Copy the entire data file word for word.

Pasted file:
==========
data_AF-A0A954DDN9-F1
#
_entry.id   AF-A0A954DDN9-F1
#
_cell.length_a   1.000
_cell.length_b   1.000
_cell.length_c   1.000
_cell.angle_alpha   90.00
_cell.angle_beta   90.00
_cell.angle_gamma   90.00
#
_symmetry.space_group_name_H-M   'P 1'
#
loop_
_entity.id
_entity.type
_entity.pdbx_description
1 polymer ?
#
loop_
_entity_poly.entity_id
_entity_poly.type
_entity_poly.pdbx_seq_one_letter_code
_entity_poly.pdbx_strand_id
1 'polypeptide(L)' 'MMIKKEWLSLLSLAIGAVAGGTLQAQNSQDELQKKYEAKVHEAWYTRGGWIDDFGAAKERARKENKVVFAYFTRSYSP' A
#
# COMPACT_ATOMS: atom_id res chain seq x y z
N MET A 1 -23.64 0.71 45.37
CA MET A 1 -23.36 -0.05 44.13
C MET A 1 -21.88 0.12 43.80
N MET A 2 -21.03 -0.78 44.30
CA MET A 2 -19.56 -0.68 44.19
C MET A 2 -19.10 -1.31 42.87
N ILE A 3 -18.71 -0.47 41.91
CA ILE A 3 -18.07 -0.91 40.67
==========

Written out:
data_AF-A0A954DDN9-F1
#
_entry.id   AF-A0A954DDN9-F1
#
_cell.length_a   1.000
_cell.length_b   1.000
_cell.length_c   1.000
_cell.angle_alpha   90.00
_cell.angle_beta   90.00
_cell.angle_gamma   90.00
#
_symmetry.space_group_name_H-M   'P 1'
#
loop_
_entity.id
_entity.type
_entity.pdbx_description
1 polymer ?
#
loop_
_entity_poly.entity_id
_entity_poly.type
_entity_poly.pdbx_seq_one_letter_code
_entity_poly.pdbx_strand_id
1 'polypeptide(L)' 'MMIKKEWLSLLSLAIGAVAGGTLQAQNSQDELQKKYEAKVHEAWYTRGGWIDDFGAAKERARKENKVVFAYFTRSYSP' A
#
# COMPACT_ATOMS: atom_id res chain seq x y z
N MET A 1 -23.64 0.71 45.37
CA MET A 1 -23.36 -0.05 44.13
C MET A 1 -21.88 0.12 43.80
N MET A 2 -21.03 -0.78 44.30
CA MET A 2 -19.56 -0.68 44.19
C MET A 2 -19.10 -1.31 42.87
N ILE A 3 -18.71 -0.47 41.91
CA ILE A 3 -18.07 -0.91 40.67